One practitioner of ‘throwing things into your understanding of science because they make you feel good’ was the late Victor Stenger, who evidently allowed his anti-theistic distaste for the idea that the universe might have been fine-tuned “for us”, and who, despite never having written a peer-reviewed paper on how fine-tuned the universe is or isn’t, wrote a popular book, The Fallacy of Fine-Tuning: Why the Universe is Not Designed for Us, explaining his arguments and calculations the universe definitely must be coarse-tuned.

    The book was reviewed by Luke Barnes, who pulled Stenger’s arguments and calculations apart, utterly, in two peer-reviewed papers (pdf’s). You might like to look at the longer, snarkier paper …
    http://arxiv.org/pdf/1112.4647v2

    .. or prefer the shorter, snappier version:
    http://journals.cambridge.org/action/displayFulltext?type=1&fid=8801487&jid=PAS&volumeId=29&issueId=04&aid=8794857&bodyId=&membershipNumber=&societyETOCSession=

    Looks very like Stenger threw things into his misunderstanding of fine-tuning science because that way he could get the result he wanted, and feel good.

  6. TFBW says:

    Allallt said:

    I tend to make an epistemic one:one cannot claim to know something one doesn’t have evidence for. I then tend to evaluate evidence I am presented. There isn’t a theological claim in that.

    I can see a theological element in it. In order to evaluate evidence as being either for or against the existence of God, you would need to have a concrete idea of the difference between a world with God, and a world without God. In that way, you could say that the actual evidence comports better with one alternative or the other. That distinction between the possible worlds would be a theological claim, since it pertains to the effect that God has on reality by merit of his existence.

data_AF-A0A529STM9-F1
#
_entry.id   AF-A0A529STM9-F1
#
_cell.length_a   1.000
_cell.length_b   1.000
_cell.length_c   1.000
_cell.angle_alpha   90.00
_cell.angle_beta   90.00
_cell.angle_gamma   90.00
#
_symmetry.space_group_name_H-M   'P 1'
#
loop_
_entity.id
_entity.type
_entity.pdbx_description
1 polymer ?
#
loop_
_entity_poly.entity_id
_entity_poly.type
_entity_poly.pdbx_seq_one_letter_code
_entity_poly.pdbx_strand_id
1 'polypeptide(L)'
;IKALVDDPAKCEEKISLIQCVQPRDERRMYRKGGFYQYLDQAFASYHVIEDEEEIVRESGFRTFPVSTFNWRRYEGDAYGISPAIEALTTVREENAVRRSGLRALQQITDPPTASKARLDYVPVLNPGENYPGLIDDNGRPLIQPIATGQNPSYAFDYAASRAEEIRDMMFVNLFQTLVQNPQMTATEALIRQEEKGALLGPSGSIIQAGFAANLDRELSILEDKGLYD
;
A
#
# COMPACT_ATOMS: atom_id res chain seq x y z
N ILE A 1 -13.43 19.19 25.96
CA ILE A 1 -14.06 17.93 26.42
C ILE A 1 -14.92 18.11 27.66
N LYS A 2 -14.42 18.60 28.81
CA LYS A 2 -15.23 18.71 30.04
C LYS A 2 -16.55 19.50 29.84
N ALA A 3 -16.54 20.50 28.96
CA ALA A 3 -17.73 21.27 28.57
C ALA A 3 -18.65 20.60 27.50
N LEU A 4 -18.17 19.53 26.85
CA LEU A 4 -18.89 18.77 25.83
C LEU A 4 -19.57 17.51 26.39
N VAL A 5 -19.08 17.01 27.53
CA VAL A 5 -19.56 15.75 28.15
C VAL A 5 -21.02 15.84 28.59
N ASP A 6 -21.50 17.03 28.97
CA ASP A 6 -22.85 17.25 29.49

Seems straightforward to me. Do you disagree?

  7. Allallt says:

    TFBW – I tend to ask the theist to offer a definition of God, so they present the difference between a world with and without God. The conversation doesn’t always get of the ground.

  8. TFBW says:

    If you have no definition for God, then you have no way to recognise the evidential significance of anything relating to God. The description of your “epistemic” approach has omitted some important prerequisites: you can’t evaluate evidence until you have a working theology, even if it’s someone else’s theology adopted for the sake of argument. As such, my point (and the point of this post) stands: evidence for God is fundamentally dependent on theology.

    To make myself clear, in your default state (professing no theology), you do not lack evidence, but rather the ability to recognise it. You could be drowning in an ocean of positive evidence, and you’d never know.